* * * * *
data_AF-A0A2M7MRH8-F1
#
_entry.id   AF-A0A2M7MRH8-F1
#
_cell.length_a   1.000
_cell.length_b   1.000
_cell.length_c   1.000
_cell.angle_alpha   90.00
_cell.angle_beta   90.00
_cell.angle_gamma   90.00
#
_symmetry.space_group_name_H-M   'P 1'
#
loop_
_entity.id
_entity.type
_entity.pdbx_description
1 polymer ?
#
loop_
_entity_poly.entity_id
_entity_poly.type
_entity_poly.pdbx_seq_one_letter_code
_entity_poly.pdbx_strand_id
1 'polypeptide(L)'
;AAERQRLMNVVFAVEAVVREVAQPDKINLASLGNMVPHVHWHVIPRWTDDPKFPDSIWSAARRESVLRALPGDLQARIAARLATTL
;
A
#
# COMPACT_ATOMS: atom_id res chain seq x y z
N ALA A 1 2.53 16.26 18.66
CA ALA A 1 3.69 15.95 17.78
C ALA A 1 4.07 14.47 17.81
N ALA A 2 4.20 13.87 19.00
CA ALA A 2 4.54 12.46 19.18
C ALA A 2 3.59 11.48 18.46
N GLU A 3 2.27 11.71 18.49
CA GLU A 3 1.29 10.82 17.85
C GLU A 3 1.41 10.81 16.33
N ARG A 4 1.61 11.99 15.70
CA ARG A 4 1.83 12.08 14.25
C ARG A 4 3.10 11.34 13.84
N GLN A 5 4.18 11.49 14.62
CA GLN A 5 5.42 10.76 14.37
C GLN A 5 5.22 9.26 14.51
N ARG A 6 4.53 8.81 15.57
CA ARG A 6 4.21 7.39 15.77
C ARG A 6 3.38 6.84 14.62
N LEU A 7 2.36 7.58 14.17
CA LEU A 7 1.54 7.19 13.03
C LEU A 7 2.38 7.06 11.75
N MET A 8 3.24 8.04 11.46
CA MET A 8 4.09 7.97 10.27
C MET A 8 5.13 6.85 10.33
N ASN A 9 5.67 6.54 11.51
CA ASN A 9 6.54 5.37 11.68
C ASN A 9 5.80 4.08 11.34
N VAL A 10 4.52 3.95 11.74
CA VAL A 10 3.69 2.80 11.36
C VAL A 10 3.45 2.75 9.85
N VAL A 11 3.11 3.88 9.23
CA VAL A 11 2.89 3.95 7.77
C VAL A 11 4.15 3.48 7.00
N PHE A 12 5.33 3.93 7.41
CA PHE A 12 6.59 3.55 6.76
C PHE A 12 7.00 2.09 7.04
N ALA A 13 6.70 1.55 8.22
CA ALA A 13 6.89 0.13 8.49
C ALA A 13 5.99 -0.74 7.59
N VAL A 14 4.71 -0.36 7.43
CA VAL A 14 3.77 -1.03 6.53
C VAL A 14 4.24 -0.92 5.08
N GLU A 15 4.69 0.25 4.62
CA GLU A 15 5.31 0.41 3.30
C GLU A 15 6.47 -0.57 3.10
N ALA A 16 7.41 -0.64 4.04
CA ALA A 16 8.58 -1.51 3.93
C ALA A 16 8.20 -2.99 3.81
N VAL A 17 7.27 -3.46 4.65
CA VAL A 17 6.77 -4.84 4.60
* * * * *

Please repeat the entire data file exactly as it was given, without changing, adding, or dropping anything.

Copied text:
data_AF-A0A2M7MRH8-F1
#
_entry.id   AF-A0A2M7MRH8-F1
#
_cell.length_a   1.000
_cell.length_b   1.000
_cell.length_c   1.000
_cell.angle_alpha   90.00
_cell.angle_beta   90.00
_cell.angle_gamma   90.00
#
_symmetry.space_group_name_H-M   'P 1'
#
loop_
_entity.id
_entity.type
_entity.pdbx_description
1 polymer ?
#
loop_
_entity_poly.entity_id
_entity_poly.type
_entity_poly.pdbx_seq_one_letter_code
_entity_poly.pdbx_strand_id
1 'polypeptide(L)'
;AAERQRLMNVVFAVEAVVREVAQPDKINLASLGNMVPHVHWHVIPRWTDDPKFPDSIWSAARRESVLRALPGDLQARIAARLATTL
;
A
#
# COMPACT_ATOMS: atom_id res chain seq x y z
N ALA A 1 2.53 16.26 18.66
CA ALA A 1 3.69 15.95 17.78
C ALA A 1 4.07 14.47 17.81
N ALA A 2 4.20 13.87 19.00
CA ALA A 2 4.54 12.46 19.18
C ALA A 2 3.59 11.48 18.46
N GLU A 3 2.27 11.71 18.49
CA GLU A 3 1.29 10.82 17.85
C GLU A 3 1.41 10.81 16.33
N ARG A 4 1.61 11.99 15.70
CA ARG A 4 1.83 12.08 14.25
C ARG A 4 3.10 11.34 13.84
N GLN A 5 4.18 11.49 14.62
CA GLN A 5 5.42 10.76 14.37
C GLN A 5 5.22 9.26 14.51
N ARG A 6 4.53 8.81 15.57
CA ARG A 6 4.21 7.39 15.77
C ARG A 6 3.38 6.84 14.62
N LEU A 7 2.36 7.58 14.17
CA LEU A 7 1.54 7.19 13.03
C LEU A 7 2.38 7.06 11.75
N MET A 8 3.24 8.04 11.46
CA MET A 8 4.09 7.97 10.27
C MET A 8 5.13 6.85 10.33
N ASN A 9 5.67 6.54 11.51
CA ASN A 9 6.54 5.37 11.68
C ASN A 9 5.80 4.08 11.34
N VAL A 10 4.52 3.95 11.74
CA VAL A 10 3.69 2.80 11.36
C VAL A 10 3.45 2.75 9.85
N VAL A 11 3.11 3.88 9.23
CA VAL A 11 2.89 3.95 7.77
C VAL A 11 4.15 3.48 7.00
N PHE A 12 5.33 3.93 7.41
CA PHE A 12 6.59 3.55 6.76
C PHE A 12 7.00 2.09 7.04
N ALA A 13 6.70 1.55 8.22
CA ALA A 13 6.89 0.13 8.49
C ALA A 13 5.99 -0.74 7.59
N VAL A 14 4.71 -0.36 7.43
CA VAL A 14 3.77 -1.03 6.53
C VAL A 14 4.24 -0.92 5.08
N GLU A 15 4.69 0.25 4.62
CA GLU A 15 5.31 0.41 3.30
C GLU A 15 6.47 -0.57 3.10
N ALA A 16 7.41 -0.64 4.04
CA ALA A 16 8.58 -1.51 3.93
C ALA A 16 8.20 -2.99 3.81
N VAL A 17 7.27 -3.46 4.65
CA VAL A 17 6.77 -4.84 4.60